Hi Nancy (and everyone else involved in this thread),
Somebody just emailed me to notify me about this discussion and suggested I take a look. I'm glad to see that my article has provoked interaction, and would just like to clarify a few things:
First of all, I think it important to note that the piece I wrote is not a paper in any academic sense, so it doesn't purport to have scholarly aims. Which isn't to say this forecloses rigorous thinking, but that the amount of space and intended audience for the piece limited the degree to which I could include a thorough and well-substantiated argument regarding the texts in question. I would have liked to include more quotes from "The Three Voices" -- for instance, your point on whether or not Eliot is interested in difference is one which I could have supported better had I the space to quote Eliot at greater length. Then again, I am not an Eliot specialist or scholar by any means and leave room for disagreement on this point.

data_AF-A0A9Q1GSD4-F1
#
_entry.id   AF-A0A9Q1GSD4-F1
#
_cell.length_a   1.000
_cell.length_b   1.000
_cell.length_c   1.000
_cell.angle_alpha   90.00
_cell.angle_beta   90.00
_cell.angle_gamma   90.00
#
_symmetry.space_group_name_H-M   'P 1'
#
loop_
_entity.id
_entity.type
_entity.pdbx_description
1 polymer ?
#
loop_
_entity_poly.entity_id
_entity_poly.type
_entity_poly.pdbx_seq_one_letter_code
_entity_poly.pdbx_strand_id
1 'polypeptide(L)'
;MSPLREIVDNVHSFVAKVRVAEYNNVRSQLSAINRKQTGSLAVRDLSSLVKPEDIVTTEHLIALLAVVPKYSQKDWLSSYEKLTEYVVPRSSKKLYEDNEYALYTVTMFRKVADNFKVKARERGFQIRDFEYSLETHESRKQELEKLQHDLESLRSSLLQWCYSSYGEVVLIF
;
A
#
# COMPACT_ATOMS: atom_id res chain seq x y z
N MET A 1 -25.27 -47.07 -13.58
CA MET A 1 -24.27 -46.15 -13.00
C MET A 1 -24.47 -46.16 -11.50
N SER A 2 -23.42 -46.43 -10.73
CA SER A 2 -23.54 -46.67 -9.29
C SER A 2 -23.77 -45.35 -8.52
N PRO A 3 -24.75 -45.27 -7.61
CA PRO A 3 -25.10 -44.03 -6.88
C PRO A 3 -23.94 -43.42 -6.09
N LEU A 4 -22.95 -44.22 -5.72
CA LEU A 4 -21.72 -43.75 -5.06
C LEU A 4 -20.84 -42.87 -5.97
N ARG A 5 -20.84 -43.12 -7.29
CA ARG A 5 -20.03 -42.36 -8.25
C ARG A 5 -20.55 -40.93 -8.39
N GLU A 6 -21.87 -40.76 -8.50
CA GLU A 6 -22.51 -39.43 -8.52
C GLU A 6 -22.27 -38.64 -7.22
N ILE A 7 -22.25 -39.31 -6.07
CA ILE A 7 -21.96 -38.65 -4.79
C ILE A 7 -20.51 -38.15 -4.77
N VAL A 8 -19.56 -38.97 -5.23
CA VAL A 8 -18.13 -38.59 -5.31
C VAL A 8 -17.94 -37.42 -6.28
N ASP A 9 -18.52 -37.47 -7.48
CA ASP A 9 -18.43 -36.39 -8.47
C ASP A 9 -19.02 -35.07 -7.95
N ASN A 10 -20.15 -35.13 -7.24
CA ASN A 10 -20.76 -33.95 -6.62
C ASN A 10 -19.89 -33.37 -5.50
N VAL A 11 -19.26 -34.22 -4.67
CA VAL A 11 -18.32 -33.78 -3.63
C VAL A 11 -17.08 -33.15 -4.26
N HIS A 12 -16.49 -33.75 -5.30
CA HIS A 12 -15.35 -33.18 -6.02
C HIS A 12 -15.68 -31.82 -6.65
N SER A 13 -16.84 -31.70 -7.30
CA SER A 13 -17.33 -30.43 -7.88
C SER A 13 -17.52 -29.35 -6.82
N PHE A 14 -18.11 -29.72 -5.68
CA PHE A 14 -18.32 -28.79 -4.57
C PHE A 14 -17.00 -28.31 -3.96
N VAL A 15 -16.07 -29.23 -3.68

I am surely tapping into the symptom, which you observe, of "evaluating a text (or anything) based on how it makes one feel" as rhetorical device, in order to speak to an audience which I assume is not necessarily interested in Eliot's work. This is perhaps a misapprehension on my part, considering the amount of attention the article has received from close readers of T.S. Eliot. So I would like to emphasize that this emphasis on my subjective position is essentially a journalistic and rhetorical device which I employed quite self-consciously. I rarely observe, in my own writing or in that of others, significant use of subjective or emotive positioning in academic papers or in class discussion. I hope this somewhat allays any concerns you might have about young students of literature resorting to subjective positions in academic work.
Perhaps the question at heart is whether or not journalistic articles like this one, which tread the line between academic inquiry and op-ed, or personal commentary, should be aligned more with personal viewpoint, or more with scholarly distance. I've only just started writing for the Daily so I will consider this issue going forward. Thank you for bringing it to my attention.